(Miami Beach, FL) Dec 6, 2022 –
South Beach arts pioneer Barbara Gillman. The gay night clubs of the early 2000s. The drum circle that continues to welcome the full moon. These Miami Beach hot spots and experiences are the stars of new, short films debuting at Miami Beach’s Culture Crawl on Thursday, Dec. 15.
Earlier this year, Oolite Arts and the City of Miami Beach issued an open call to Miami-based filmmakers to show their affection for the city by entering the “Local Love Letters” film contest. Nine winners each received $5,000 to develop a 3- to 5-minute short film featuring Miami Beach as the backdrop.
The films will debut, free of charge, from 7 to 9 p.m. outdoors at New World Symphony’s SoundScape Park. Both narratives and documentaries, the films take the viewer through the sites, present and past, that make Miami Beach. One features three chapters of a Haitian family’s life, all played out on the shores of North Beach. In another, a couple reminisces about how they met when a parrot swooped too close to them on Lincoln Road, forcing them into each other’s path.
The contest, funded by the Lynn and Louis Wolfson II Family Foundation, is one of several ways Oolite Arts helps advance the careers of local filmmakers.
“As an arts organization with a focus on the cinematic arts, we love to find ways to help fast forward indie filmmakers’ careers,” said Dennis Scholl, president and CEO of Oolite Arts. “Through a partnership with the city and the support of the Lynn and Louis Wolfson II Family Foundation, we’re delighted to provide filmmakers with another platform to tell their stories.”
“Each of these films showcase aspects of Miami Beach that make our city unique,” observed Miami Beach Mayor Dan Gelber. “Collectively, they highlight why Miami Beach is one of the world’s great cultural destinations.”
The films that are included are:
Fire Moon Rising (Felipe Aguilar): The heartbeat of Miami gets revitalized every full moon, as it illuminates a “secret” beach drum circle. Join an eclectic crowd on a powerful, percussive and fiery journey.
It Had to Be You (Juan Barquin): A couple reminisces about the wild night on South Beach that kicked off their 10-year relationship.
South of Fifth (Karla Caprali): This piece is an animated short documentary that showcases interviews with Barbara Gillman, a longtime Miami Beach resident and renowned art dealer.
Toxic Beach (Abhi Chatterjee-Dutt): This film uses the flags that fly on lifeguard towers warning swimmers about the tide as a metaphor to explore all that is to love about Miami Beach, and the city’s characteristics that offer a red flag warning.
I Care About Your Mailbox (Andres Gimenez): I Care About Your Mailbox follows Frey, a young man whose love for mailboxes lands him in the heart of suburban Miami, where he encounters outlandish characters and just as many eclectic mailboxes.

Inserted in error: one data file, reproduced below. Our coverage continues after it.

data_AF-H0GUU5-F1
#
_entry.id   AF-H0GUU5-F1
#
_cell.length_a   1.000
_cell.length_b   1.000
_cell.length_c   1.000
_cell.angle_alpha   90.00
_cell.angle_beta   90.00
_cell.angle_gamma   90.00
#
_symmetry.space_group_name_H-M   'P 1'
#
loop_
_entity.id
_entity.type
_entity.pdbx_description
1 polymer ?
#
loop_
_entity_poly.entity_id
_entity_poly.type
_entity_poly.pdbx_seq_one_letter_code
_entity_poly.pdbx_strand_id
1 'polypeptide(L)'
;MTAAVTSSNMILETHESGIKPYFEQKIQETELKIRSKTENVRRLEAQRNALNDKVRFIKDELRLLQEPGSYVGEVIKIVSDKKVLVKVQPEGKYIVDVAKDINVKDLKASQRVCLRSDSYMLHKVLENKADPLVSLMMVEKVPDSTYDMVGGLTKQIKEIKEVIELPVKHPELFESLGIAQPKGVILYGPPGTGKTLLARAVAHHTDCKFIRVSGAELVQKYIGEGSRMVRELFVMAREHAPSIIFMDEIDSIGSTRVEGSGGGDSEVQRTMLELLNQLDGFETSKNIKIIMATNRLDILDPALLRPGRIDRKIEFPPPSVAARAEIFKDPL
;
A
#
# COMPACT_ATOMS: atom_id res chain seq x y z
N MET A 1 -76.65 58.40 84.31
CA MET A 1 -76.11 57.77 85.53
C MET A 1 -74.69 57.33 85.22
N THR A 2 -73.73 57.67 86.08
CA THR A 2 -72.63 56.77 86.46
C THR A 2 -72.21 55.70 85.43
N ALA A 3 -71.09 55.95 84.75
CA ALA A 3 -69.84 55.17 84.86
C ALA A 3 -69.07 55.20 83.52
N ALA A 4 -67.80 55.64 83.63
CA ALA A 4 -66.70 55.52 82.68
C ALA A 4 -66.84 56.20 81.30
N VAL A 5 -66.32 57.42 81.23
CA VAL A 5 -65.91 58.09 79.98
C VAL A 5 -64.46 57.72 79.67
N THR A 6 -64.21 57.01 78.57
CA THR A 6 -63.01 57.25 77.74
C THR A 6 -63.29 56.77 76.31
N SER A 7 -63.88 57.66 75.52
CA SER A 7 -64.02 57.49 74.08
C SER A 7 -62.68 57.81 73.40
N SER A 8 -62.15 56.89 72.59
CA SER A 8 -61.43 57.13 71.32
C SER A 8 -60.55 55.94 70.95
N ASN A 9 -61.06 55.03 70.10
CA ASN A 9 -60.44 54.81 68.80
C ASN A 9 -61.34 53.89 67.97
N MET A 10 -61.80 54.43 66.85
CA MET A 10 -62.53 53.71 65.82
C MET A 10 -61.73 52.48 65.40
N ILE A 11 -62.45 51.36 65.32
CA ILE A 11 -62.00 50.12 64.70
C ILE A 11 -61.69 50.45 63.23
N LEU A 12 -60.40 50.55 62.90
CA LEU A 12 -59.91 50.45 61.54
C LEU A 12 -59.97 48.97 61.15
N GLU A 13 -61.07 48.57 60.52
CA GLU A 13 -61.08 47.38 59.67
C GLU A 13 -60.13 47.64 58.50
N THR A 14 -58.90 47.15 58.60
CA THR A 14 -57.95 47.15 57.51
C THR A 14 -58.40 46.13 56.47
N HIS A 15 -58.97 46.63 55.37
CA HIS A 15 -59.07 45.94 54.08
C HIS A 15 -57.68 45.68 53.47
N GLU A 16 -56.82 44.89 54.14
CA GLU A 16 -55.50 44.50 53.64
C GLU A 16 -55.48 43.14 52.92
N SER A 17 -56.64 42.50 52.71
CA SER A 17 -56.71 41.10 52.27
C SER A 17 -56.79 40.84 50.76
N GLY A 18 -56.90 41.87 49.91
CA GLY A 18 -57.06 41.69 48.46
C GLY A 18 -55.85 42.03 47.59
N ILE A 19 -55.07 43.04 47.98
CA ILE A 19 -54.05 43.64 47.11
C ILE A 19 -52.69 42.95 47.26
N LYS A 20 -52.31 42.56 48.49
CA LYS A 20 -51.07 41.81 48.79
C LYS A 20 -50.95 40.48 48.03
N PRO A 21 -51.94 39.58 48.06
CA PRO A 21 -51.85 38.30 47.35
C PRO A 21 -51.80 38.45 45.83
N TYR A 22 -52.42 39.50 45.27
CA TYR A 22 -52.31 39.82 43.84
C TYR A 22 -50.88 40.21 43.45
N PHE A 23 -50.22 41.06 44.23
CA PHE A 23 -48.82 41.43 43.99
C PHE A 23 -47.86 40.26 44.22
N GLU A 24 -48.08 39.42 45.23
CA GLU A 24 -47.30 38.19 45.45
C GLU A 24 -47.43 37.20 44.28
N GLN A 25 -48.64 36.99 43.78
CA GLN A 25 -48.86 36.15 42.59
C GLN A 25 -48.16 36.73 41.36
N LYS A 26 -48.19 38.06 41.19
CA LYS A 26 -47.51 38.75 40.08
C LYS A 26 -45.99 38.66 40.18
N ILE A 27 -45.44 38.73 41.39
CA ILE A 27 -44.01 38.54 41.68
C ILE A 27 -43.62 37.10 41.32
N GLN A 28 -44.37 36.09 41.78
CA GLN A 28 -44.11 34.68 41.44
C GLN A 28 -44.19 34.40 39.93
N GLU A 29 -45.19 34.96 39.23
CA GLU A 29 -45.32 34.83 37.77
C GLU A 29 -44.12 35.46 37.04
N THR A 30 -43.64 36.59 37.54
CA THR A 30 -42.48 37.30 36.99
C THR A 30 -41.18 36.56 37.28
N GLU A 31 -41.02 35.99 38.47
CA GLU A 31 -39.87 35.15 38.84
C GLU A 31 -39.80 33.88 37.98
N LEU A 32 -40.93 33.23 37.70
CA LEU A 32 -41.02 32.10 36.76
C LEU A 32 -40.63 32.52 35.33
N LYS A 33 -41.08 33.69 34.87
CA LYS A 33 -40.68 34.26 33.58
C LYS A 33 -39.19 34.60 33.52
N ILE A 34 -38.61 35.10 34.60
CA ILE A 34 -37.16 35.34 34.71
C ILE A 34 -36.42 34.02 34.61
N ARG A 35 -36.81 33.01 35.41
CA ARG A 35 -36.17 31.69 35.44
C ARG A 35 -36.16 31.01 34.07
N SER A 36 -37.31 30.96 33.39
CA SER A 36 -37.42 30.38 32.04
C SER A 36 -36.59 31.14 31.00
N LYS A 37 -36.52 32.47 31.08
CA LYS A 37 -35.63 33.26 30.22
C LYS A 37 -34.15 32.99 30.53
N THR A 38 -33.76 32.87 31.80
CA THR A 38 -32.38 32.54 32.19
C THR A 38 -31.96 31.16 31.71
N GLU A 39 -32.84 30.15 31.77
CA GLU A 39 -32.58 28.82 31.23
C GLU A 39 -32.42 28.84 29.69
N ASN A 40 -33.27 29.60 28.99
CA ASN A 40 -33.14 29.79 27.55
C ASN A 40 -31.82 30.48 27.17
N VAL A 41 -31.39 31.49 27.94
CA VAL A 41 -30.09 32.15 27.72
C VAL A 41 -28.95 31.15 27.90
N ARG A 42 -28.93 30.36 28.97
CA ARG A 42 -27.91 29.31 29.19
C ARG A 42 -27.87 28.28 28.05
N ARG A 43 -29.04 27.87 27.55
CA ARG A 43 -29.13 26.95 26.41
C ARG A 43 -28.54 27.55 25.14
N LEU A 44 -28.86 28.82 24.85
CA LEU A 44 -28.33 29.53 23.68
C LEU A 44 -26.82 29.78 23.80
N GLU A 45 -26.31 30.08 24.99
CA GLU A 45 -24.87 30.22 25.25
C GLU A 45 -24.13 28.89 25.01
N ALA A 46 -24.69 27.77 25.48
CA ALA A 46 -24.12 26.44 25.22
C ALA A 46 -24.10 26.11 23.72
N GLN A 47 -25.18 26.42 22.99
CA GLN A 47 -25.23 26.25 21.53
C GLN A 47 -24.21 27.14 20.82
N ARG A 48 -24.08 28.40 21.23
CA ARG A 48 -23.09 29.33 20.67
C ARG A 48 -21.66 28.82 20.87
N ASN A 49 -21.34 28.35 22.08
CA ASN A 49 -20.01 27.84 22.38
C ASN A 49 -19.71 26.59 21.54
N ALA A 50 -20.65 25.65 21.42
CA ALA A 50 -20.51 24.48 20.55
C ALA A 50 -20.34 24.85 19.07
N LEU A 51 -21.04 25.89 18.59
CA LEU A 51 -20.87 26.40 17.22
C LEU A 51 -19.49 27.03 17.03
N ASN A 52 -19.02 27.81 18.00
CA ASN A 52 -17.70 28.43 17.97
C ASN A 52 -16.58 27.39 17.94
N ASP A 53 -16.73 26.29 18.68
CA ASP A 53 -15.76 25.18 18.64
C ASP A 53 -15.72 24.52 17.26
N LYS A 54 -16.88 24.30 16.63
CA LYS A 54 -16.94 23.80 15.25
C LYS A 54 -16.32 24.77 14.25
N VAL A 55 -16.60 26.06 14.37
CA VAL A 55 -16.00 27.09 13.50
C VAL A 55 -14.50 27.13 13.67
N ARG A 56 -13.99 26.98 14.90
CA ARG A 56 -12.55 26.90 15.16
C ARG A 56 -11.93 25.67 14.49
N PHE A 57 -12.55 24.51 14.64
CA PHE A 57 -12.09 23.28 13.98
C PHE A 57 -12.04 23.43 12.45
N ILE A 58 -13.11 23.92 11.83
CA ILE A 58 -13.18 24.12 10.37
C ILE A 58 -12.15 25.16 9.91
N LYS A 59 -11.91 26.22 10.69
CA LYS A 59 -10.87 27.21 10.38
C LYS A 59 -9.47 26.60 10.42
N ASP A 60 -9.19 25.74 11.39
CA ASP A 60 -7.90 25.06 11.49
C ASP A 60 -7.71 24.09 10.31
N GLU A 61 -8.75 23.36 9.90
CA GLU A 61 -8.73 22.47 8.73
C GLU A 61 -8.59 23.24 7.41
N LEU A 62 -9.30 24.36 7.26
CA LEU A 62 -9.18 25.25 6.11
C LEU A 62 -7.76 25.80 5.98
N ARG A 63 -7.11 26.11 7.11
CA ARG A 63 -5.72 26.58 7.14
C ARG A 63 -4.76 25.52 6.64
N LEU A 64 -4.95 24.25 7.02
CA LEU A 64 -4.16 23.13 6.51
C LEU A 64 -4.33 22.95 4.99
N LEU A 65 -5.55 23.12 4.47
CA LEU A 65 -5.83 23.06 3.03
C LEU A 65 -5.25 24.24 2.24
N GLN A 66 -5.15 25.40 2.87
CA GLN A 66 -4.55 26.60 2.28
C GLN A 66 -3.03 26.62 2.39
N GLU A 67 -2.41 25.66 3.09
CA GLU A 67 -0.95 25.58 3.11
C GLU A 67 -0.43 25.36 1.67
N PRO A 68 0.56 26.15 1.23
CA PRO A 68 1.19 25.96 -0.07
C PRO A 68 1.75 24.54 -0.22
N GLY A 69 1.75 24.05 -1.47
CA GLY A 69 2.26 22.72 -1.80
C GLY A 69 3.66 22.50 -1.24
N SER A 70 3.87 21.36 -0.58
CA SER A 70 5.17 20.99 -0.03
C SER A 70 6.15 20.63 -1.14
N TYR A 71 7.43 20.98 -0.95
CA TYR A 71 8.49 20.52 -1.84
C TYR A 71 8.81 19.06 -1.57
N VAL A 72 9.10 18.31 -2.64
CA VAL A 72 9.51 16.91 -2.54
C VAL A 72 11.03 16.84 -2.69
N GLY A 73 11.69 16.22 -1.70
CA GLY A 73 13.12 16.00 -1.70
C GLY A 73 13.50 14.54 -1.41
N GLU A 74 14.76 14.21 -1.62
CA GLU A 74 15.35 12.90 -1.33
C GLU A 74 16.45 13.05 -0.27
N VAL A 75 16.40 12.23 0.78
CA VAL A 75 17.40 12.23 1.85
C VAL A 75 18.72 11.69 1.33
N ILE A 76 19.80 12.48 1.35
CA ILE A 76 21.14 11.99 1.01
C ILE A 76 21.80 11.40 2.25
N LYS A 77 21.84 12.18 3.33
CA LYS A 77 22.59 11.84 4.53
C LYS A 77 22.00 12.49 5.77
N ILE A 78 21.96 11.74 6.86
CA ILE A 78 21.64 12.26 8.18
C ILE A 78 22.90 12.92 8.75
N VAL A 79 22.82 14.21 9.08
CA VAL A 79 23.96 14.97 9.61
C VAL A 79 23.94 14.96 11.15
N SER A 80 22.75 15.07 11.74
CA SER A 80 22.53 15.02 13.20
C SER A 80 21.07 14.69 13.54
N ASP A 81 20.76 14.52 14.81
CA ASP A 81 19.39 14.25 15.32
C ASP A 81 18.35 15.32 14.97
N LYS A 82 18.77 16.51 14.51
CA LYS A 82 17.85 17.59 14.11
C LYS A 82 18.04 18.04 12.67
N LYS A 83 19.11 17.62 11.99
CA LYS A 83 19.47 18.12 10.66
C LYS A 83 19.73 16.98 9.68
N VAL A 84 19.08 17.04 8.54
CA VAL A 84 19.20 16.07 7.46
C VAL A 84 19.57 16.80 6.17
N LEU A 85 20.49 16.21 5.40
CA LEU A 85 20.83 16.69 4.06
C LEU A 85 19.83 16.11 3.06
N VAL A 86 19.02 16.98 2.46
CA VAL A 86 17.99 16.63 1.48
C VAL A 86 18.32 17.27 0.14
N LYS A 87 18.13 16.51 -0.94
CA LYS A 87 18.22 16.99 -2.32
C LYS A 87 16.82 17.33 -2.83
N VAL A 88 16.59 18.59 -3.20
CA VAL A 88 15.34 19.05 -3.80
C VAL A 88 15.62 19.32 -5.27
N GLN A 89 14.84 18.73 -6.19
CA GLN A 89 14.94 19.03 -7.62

How to make a movie in Miami (Carla Jerez): A local filmmaker explains how to make a Miami movie in this surrealist desktop documentary.
La Vie (Al’lkens Plancher): Three chapters of a Haitian couple’s life are intertwined at the shore of North Miami Beach.
Letter From the Age of Ecocide (Shireen Rahimi): A woman thrives in her beloved underwater home when suddenly, the natural beauty around her begins to decay. A sage narrates her grieving process from another dimension, using the ancient poetry of her ancestors to reveal a universal story of radical acceptance.
Loveboat Takeout (Melanie Wu): The film is an experimental docu-fiction short about an immigrant family’s former business, a Chinese restaurant.
For more information or to RSVP, visit https://oolitearts.org/event/local-love-letters-premiere/
About Oolite Arts
Oolite Arts strives to empower artists and enrich communities. Established in 1984, Oolite’s mission is to support artists and advance the knowledge and practice of contemporary visual arts. Oolite Arts creates opportunities for experimentation and innovation and encourages the exchange of ideas across diverse cultures through residencies, exhibitions, public programs, education and outreach.
Exhibitions and programs at Oolite Arts are made possible with the support of the Miami-Dade County Department of Cultural Affairs and the Cultural Affairs Council; the Miami-Dade County Mayor and Board of County Commissioners; the City of Miami Beach, Cultural Affairs Program, Cultural Arts Council; the State of Florida, Department of State, Division of Arts and Culture and the Florida Council on Arts and Culture; the National Endowment for the Arts; the Jorge M. Perez Family Foundation at the Miami Foundation; the Lynn and Louis Wolfson II Family Foundation; and the John S. and James L. Knight Foundation.
For more information, visit oolitearts.org. Follow @oolitearts on social media.
Andrea Salazar | firstname.lastname@example.org or 954.756.0652
Rachel Pinzur | email@example.com or 305.725.2875
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